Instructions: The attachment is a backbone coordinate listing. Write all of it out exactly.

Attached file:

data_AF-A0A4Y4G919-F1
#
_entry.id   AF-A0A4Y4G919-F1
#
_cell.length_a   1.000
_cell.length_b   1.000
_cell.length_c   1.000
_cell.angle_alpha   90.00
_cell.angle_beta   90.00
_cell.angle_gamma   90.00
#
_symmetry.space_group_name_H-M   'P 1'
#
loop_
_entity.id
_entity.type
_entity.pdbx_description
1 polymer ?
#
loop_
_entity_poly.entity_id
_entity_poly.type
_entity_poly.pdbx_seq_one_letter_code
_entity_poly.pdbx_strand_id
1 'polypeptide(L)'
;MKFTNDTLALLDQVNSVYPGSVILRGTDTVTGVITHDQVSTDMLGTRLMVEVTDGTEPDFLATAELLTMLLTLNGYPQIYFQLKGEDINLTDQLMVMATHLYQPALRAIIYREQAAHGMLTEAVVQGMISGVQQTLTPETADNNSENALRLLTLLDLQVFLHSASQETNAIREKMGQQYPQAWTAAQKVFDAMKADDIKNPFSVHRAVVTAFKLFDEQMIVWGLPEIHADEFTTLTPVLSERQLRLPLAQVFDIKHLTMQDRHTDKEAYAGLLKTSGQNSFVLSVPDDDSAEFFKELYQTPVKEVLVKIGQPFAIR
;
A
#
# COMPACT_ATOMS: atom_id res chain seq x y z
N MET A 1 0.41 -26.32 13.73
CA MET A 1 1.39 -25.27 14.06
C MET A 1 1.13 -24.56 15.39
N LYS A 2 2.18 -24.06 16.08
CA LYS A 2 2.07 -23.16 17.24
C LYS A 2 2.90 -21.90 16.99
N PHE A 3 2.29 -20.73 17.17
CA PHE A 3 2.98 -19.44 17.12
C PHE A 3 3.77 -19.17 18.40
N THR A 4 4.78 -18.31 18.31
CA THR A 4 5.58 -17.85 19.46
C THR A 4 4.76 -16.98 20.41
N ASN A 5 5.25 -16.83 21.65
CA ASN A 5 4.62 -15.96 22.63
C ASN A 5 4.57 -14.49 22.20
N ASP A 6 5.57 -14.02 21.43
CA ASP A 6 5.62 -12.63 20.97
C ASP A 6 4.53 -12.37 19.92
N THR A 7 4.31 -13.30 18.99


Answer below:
data_AF-A0A4Y4G919-F1
#
_entry.id   AF-A0A4Y4G919-F1
#
_cell.length_a   1.000
_cell.length_b   1.000
_cell.length_c   1.000
_cell.angle_alpha   90.00
_cell.angle_beta   90.00
_cell.angle_gamma   90.00
#
_symmetry.space_group_name_H-M   'P 1'
#
loop_
_entity.id
_entity.type
_entity.pdbx_description
1 polymer ?
#
loop_
_entity_poly.entity_id
_entity_poly.type
_entity_poly.pdbx_seq_one_letter_code
_entity_poly.pdbx_strand_id
1 'polypeptide(L)'
;MKFTNDTLALLDQVNSVYPGSVILRGTDTVTGVITHDQVSTDMLGTRLMVEVTDGTEPDFLATAELLTMLLTLNGYPQIYFQLKGEDINLTDQLMVMATHLYQPALRAIIYREQAAHGMLTEAVVQGMISGVQQTLTPETADNNSENALRLLTLLDLQVFLHSASQETNAIREKMGQQYPQAWTAAQKVFDAMKADDIKNPFSVHRAVVTAFKLFDEQMIVWGLPEIHADEFTTLTPVLSERQLRLPLAQVFDIKHLTMQDRHTDKEAYAGLLKTSGQNSFVLSVPDDDSAEFFKELYQTPVKEVLVKIGQPFAIR
;
A
#
# COMPACT_ATOMS: atom_id res chain seq x y z
N MET A 1 0.41 -26.32 13.73
CA MET A 1 1.39 -25.27 14.06
C MET A 1 1.13 -24.56 15.39
N LYS A 2 2.18 -24.06 16.08
CA LYS A 2 2.07 -23.16 17.24
C LYS A 2 2.90 -21.90 16.99
N PHE A 3 2.29 -20.73 17.17
CA PHE A 3 2.98 -19.44 17.12
C PHE A 3 3.77 -19.17 18.40
N THR A 4 4.78 -18.31 18.31
CA THR A 4 5.58 -17.85 19.46
C THR A 4 4.76 -16.98 20.41
N ASN A 5 5.25 -16.83 21.65
CA ASN A 5 4.62 -15.96 22.63
C ASN A 5 4.57 -14.49 22.20
N ASP A 6 5.57 -14.02 21.43
CA ASP A 6 5.62 -12.63 20.97
C ASP A 6 4.53 -12.37 19.92
N THR A 7 4.31 -13.30 18.99